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Tearjerk stories, fallen homies, & "holy business missions"

In "The Subtle of Not Giving a Fuck" Mark Manson tells the story of a friend of his who died.

AS far as I remember, the friend had said something deep to the author right in the same evening before he died.
And that stuck with Manson deeply.

It was indeed all so well written, that it had moved me.

As far as I know, the story might be true and Manson seems like an OK guy -albeit I don't really know-.

That being said, I can totally see how that the same script could be a Machiavellian ploy to frame oneself -and one's business- as "holy", "blessed", and "motivated by higher ideals".

When I wanted to publish "Dating Power Dynamics" I had listened to "Published" by Chandler Bolt, a guy who was all over YouTube ads for a period -and I think Ali read him, or used his services?-.

Well, turned out, he had the same exact story that Manson had shared.
It might have also been true, but in that case, I felt it was disingenuous and manipulative.

As a rule of thumb, when I hear tear-jerk stories that spurred people to people and motivated businesses, I tend to be skeptical.

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Matthew Whitewood
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Quote from Lucio Buffalmano on April 29, 2021, 5:29 am

That being said, I can totally see how that the same script could be a Machiavellian ploy to frame oneself -and one's business- as "holy", "blessed", and "motivated by higher ideals".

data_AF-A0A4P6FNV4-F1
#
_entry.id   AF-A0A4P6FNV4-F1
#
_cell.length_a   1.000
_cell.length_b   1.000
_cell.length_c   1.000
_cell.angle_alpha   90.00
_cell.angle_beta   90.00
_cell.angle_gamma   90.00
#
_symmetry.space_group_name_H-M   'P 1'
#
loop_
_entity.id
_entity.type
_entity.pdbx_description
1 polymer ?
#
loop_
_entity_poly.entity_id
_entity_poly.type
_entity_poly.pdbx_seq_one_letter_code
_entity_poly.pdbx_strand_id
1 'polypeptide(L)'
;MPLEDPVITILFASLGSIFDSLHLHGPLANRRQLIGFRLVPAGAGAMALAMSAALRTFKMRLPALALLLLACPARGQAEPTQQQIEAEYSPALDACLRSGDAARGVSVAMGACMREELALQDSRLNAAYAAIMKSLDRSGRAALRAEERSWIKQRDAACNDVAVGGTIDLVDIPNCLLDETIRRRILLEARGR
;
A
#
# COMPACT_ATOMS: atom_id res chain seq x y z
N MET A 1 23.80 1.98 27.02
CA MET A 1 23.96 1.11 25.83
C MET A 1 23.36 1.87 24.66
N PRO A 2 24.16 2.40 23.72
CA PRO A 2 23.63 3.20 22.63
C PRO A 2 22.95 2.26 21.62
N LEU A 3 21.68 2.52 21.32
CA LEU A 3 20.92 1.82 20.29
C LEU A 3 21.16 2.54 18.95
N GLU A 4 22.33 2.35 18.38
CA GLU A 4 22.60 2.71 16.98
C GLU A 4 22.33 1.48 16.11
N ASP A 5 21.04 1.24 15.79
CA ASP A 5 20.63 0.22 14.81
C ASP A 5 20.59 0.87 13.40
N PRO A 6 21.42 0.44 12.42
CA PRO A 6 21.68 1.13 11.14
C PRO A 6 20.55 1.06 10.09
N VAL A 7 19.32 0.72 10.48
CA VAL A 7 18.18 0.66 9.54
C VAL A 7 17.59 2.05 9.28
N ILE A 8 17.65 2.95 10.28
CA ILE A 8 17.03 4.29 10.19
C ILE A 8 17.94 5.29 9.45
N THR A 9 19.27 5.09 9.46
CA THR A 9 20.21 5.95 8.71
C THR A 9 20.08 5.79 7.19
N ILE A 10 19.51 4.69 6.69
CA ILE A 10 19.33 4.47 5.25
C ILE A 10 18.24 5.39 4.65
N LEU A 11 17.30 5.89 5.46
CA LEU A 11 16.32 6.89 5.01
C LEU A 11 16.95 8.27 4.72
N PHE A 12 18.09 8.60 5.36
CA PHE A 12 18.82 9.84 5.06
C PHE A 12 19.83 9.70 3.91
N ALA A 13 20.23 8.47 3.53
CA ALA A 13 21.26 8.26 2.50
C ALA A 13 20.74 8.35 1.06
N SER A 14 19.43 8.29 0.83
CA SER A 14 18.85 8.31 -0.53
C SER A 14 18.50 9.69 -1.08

I resonate with this.
Even if the story is true, I get the feeling that the primary purpose of the story is to get people to buy into some journey, brand, belief, etc.
When one feels emotionally attached to the brand, one spends more money on the brand's products & services.

It reminds me of the book No Logo.
No Logo is a genius book.

I think the more transparent way of motivating by higher ideals would be

  • Testimonials of customers who improved their lives in a balanced manner from the business
  • Timeline of the business - milestones, new products/services, new objectives

Then again, the above can be used in manipulative ways too.

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Lucio Buffalmano

Yes, true, even when the story is "real", it might be embellished or used by a more unscrupulous subject who actually couldn't care less to make the narrative more compelling.

Still totally cool to use it, but at the same time, I'd wonder about the veracity of the story and wouldn't necessarily take it at face value.

 

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